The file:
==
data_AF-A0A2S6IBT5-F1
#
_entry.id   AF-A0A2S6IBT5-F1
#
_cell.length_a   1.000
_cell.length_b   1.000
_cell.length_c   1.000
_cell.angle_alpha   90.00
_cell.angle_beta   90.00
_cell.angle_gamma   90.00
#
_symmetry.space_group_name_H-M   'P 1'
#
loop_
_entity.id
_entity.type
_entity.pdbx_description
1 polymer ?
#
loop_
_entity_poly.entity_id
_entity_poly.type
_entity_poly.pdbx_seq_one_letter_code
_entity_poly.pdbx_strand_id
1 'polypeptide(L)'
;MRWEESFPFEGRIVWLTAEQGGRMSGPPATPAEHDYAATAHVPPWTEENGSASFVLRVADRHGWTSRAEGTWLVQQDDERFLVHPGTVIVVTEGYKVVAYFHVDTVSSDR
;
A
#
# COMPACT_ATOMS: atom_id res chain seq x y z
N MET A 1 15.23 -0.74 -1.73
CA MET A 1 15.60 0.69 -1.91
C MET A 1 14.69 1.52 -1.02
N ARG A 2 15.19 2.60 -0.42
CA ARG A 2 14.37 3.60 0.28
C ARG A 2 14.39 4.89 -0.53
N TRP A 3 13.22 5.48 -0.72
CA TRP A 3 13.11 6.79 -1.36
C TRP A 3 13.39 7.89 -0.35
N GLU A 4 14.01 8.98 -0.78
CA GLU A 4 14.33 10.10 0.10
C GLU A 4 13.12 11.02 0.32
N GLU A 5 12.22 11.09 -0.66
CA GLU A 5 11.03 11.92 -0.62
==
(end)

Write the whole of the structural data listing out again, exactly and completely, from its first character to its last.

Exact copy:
data_AF-A0A2S6IBT5-F1
#
_entry.id   AF-A0A2S6IBT5-F1
#
_cell.length_a   1.000
_cell.length_b   1.000
_cell.length_c   1.000
_cell.angle_alpha   90.00
_cell.angle_beta   90.00
_cell.angle_gamma   90.00
#
_symmetry.space_group_name_H-M   'P 1'
#
loop_
_entity.id
_entity.type
_entity.pdbx_description
1 polymer ?
#
loop_
_entity_poly.entity_id
_entity_poly.type
_entity_poly.pdbx_seq_one_letter_code
_entity_poly.pdbx_strand_id
1 'polypeptide(L)'
;MRWEESFPFEGRIVWLTAEQGGRMSGPPATPAEHDYAATAHVPPWTEENGSASFVLRVADRHGWTSRAEGTWLVQQDDERFLVHPGTVIVVTEGYKVVAYFHVDTVSSDR
;
A
#
# COMPACT_ATOMS: atom_id res chain seq x y z
N MET A 1 15.23 -0.74 -1.73
CA MET A 1 15.60 0.69 -1.91
C MET A 1 14.69 1.52 -1.02
N ARG A 2 15.19 2.60 -0.42
CA ARG A 2 14.37 3.60 0.28
C ARG A 2 14.39 4.89 -0.53
N TRP A 3 13.22 5.48 -0.72
CA TRP A 3 13.11 6.79 -1.36
C TRP A 3 13.39 7.89 -0.35
N GLU A 4 14.01 8.98 -0.78
CA GLU A 4 14.33 10.10 0.10
C GLU A 4 13.12 11.02 0.32
N GLU A 5 12.22 11.09 -0.66
CA GLU A 5 11.03 11.92 -0.62